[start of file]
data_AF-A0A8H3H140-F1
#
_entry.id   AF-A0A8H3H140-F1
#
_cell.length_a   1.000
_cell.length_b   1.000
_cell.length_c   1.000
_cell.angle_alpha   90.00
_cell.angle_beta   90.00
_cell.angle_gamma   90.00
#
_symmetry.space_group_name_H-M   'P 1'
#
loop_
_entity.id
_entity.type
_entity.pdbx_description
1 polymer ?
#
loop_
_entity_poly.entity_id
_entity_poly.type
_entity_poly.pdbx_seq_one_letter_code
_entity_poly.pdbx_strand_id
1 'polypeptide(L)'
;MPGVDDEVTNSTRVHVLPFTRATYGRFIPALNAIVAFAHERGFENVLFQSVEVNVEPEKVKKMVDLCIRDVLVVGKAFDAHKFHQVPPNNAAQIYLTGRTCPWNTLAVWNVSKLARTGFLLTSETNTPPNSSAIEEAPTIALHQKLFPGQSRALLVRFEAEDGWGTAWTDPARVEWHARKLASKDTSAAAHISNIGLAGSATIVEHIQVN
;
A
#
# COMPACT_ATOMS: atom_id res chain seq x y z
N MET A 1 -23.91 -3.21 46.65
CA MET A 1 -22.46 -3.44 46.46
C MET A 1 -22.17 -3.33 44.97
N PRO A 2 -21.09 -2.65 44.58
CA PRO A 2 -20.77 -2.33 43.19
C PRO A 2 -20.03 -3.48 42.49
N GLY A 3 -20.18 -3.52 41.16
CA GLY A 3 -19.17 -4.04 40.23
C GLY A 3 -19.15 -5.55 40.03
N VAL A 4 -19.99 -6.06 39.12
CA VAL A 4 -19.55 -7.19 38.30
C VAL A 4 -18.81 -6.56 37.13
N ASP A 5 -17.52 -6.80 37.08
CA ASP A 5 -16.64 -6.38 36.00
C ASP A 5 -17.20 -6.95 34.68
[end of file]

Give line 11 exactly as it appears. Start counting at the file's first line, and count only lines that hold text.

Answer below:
#